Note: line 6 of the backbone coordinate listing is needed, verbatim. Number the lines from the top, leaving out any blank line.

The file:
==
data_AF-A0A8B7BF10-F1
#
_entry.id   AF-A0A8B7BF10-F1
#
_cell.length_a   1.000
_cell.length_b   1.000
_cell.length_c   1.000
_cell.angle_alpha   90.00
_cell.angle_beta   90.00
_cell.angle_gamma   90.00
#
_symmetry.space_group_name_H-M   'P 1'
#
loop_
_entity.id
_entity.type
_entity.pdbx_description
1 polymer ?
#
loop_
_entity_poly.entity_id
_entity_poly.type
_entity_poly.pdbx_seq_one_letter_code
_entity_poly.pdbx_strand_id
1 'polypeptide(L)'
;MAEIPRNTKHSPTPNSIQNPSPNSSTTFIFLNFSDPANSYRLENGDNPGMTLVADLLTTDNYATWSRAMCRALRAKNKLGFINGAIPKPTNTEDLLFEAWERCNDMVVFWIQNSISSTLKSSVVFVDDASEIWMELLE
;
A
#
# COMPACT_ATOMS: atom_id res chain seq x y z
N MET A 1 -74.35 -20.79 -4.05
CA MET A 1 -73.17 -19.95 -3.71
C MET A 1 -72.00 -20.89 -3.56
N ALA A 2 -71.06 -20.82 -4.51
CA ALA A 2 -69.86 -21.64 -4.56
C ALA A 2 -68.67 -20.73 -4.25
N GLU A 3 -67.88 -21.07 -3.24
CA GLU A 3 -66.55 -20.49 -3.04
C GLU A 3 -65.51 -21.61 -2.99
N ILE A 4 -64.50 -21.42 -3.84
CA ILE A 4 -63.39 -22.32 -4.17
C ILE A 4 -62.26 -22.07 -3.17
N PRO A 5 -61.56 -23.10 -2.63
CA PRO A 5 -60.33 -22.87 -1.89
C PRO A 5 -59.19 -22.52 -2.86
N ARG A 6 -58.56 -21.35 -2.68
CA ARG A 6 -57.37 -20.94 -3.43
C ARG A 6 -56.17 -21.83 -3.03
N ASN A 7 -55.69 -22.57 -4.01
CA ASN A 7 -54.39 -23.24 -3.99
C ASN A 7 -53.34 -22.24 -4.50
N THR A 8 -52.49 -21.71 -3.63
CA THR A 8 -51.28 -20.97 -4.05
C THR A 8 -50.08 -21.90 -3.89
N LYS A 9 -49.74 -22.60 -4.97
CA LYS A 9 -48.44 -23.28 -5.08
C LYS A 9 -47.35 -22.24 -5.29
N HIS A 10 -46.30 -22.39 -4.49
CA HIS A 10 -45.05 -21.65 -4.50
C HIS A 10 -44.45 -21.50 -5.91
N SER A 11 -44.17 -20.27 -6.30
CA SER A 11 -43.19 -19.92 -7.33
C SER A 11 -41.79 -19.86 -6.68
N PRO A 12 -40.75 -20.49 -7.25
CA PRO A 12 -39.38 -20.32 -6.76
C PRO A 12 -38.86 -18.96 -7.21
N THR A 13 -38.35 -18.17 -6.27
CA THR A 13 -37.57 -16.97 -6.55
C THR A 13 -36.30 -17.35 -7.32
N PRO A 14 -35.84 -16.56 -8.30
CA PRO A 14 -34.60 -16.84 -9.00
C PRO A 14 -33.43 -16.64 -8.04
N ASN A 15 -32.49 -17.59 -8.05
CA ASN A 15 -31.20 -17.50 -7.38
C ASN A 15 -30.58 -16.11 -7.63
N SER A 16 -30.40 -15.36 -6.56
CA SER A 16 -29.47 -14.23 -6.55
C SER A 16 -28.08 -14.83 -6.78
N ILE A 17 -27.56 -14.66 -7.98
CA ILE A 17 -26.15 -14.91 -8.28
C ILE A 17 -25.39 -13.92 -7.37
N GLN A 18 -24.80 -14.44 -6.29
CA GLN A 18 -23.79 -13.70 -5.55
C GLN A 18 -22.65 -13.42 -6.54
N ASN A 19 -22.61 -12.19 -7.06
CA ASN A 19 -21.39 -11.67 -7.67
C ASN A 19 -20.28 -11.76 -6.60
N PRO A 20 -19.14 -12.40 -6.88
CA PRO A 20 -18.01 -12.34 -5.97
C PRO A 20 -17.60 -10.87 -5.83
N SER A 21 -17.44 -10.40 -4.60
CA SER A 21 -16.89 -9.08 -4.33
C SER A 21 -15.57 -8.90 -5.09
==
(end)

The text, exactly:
_cell.length_b   1.000